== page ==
On My Shelves: Spider-Man: Homecoming


This movie (plus small segments in Captain America: Civil War) represents the third depiction of Marvel's flagship hero Spider-Man in fifteen years. The first, starting in 2002, was Tobey Maguire in Spider-Man, Spider-Man 2, and Spider-Man 3. Andrew Garfield rebooted the role in The Amazing Spider-Man and The Amazing Spider-Man 2. Now Tom Holland takes up the webslinging role.

Unlike the prior two incarnations, this version of Spider-Man doesn't bother us with the origin story. In that, I think the movie does depend on the viewer having watched either or both of the prior incarnations' first movies, or being familiar with the character from the comic book medium.

I suspect this is just fine with most viewers; the basic elements of that origin – bitten by a radioactive/genetically tweaked spider, gains funky powers, tries to use them for profit, lets crook go that later kills Uncle Ben and causes Spider-Man to learn the lesson that with great power comes great responsibility – are very well-known and we really don't need to see a variant of it a third time.

Instead, we meet a Spider-Man who is already doing his hero thing, but still obviously very new to it – he still has a rather clumsily-assembled costume, not the sleek costume we expect, and he makes occasional blunders that a more experienced webslinger wouldn't. But this allows us to see him grow into the role of the hero in a way that a slicker presentation wouldn't.

Before I get to a more spoilery review section, I'll just say that this is really a worthy entry into the Marvel Cinematic Universe for Spidey, and while I am not entirely sure I'd say it's better than ALL of the preceding Spider-Man movies, it's certainly at least as good as any of them. It has humor, suspense, a little romance, and the occasional bout of angst that Spider-Man is known for, and all in the proper measure. Tom Holland does both Peter Parker and a young, unsure Spider-Man very well, and I look forward to the character's continuing presence in the Marvelverse!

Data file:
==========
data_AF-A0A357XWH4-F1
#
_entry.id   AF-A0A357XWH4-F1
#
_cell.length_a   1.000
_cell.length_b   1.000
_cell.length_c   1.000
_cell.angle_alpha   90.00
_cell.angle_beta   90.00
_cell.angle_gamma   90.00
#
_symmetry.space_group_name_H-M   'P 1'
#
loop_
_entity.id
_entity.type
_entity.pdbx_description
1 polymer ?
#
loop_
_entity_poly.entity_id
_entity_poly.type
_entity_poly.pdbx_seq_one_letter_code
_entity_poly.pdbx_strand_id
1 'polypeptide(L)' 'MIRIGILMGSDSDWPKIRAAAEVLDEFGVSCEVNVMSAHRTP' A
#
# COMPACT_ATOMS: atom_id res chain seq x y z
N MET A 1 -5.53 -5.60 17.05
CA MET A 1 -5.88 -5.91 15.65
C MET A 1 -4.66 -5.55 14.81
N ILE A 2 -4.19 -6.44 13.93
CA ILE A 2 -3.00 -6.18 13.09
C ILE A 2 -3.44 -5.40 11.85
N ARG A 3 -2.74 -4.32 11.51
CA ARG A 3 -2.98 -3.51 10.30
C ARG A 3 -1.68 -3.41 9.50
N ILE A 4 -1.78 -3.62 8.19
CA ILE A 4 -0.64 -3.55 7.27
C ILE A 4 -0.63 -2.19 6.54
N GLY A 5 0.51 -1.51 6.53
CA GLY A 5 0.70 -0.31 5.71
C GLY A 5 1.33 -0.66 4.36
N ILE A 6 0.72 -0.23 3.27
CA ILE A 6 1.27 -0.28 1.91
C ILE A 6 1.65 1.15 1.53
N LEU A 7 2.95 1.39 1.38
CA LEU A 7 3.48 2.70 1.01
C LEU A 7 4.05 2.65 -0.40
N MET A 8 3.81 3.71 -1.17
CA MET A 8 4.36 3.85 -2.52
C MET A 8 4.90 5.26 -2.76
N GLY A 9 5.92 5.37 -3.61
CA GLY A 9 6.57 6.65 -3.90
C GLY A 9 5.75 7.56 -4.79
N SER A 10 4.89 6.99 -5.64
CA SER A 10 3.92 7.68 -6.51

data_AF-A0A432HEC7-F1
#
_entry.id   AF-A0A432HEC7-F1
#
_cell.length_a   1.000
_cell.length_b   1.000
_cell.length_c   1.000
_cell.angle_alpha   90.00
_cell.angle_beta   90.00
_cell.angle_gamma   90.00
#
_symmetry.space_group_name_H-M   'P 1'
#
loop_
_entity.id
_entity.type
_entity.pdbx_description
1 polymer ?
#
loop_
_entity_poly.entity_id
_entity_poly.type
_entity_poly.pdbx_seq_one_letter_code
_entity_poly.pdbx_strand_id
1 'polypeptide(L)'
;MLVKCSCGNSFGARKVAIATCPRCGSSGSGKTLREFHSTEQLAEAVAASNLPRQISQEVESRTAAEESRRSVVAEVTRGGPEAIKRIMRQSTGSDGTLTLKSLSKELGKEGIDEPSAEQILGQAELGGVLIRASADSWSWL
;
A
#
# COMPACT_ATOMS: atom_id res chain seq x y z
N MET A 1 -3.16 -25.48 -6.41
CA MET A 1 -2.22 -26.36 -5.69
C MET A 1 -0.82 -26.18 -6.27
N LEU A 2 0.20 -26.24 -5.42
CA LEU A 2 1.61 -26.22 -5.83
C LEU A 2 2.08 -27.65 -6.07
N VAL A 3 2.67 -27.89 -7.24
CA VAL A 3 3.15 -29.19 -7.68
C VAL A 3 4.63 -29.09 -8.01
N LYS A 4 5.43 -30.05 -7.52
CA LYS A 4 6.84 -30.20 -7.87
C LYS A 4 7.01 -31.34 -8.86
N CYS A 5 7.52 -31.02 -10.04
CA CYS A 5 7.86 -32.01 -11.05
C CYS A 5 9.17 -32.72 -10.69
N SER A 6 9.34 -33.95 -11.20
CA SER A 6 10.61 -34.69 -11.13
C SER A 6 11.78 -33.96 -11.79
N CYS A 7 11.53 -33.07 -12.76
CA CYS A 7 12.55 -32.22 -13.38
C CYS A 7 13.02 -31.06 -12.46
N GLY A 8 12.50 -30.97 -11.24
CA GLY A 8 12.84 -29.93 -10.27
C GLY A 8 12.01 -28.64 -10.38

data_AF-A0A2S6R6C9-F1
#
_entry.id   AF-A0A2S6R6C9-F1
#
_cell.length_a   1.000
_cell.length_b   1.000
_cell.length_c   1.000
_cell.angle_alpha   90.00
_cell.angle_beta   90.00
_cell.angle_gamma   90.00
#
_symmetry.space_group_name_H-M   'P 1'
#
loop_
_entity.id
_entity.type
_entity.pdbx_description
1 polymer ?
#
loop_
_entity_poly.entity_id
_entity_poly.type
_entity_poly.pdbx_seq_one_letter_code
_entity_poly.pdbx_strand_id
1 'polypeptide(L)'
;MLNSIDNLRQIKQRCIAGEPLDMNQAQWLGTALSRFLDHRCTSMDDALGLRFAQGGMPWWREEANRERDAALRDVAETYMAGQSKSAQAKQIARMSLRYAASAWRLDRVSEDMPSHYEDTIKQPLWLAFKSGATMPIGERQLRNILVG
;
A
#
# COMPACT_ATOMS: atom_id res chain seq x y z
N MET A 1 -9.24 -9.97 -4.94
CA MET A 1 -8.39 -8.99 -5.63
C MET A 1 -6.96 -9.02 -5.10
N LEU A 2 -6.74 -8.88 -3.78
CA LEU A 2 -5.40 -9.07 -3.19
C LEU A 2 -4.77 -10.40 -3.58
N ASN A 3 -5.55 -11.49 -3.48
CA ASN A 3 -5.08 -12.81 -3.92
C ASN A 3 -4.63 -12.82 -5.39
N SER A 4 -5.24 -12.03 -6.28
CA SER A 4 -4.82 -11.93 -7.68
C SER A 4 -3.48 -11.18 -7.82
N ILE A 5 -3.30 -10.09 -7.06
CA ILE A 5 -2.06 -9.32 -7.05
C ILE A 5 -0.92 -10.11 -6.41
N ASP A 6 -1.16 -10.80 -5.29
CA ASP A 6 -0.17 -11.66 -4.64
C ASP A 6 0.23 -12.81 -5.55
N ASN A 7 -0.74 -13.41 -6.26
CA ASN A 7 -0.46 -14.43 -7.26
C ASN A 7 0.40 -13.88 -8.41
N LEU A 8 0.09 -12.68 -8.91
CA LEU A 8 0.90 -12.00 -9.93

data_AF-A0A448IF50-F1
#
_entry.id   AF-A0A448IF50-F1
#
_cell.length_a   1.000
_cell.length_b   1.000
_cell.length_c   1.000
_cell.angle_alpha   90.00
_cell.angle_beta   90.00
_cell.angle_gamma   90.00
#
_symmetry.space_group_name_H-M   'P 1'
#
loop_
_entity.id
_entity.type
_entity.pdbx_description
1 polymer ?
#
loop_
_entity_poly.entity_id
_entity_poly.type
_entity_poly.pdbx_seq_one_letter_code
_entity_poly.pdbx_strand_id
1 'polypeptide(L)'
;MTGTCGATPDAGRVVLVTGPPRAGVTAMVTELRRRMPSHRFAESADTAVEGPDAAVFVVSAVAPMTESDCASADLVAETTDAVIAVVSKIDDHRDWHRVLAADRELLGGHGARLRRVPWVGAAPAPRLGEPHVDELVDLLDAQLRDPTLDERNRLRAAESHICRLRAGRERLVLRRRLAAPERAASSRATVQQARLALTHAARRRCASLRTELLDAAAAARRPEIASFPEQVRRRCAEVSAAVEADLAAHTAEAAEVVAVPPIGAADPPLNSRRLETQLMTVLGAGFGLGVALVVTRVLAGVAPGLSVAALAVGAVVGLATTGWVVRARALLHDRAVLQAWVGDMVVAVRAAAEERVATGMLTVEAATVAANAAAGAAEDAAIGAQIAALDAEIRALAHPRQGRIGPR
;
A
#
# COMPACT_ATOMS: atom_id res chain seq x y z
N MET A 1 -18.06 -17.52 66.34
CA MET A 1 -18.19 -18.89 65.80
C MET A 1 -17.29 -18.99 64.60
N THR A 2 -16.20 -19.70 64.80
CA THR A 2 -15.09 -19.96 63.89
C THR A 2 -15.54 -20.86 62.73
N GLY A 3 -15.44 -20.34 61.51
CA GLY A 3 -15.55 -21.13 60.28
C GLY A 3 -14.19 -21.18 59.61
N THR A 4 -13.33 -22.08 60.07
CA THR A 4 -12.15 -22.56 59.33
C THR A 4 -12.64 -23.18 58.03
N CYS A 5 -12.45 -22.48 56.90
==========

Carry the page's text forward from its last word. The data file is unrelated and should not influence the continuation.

The choice of The Vulture as a villain was an interesting one, and one of some risk for the filmmakers in two separate ways. First, the original Vulture … simply would not work in film. I'm sorry, but the dramatic potential of a skinny octagenarian in green spandex, a fur collar, and flapping wings just... isn't going to cut it. If anything it'd be worse than trying to do the Green Goblin with his original costume, which would never have worked either. So on that side it was obvious that they'd have to risk annoying some group of fans who really do care about versimilitude, and the more changes they made, the larger that group would be.

At the same time, they were also choosing a more obscure villain than any of the prior films. The Green Goblin's always been a headliner, the Lizard's done pretty well over the years, Doc Ock has had top billing many a time, Venom's my least-liked but undoubtedly majorly popular villain, and even the Sandman has gone beyond the pages of Spider-Man. By contrast, the Vulture's innings were mostly done many years ago.

So the producers obviously said "well, then, let's just take the name and some elements of the story, and make a Vulture that will stand on his own as a villain."

This was the right choice. This Adrian Toomes/The Vulture is a man who starts out as a salvage engineer with what looks like the greatest contract a salvage and recovery man could ever ask for – salvaging and rebuilding New York City after the Chitauri Invasion.

But then the new-born Department of Damage Control – with backing from Tony Stark – takes charge of the damage recovery business, and Toomes is out – despite the immense investment he's poured into his business to make it capable of handling this scale of disaster.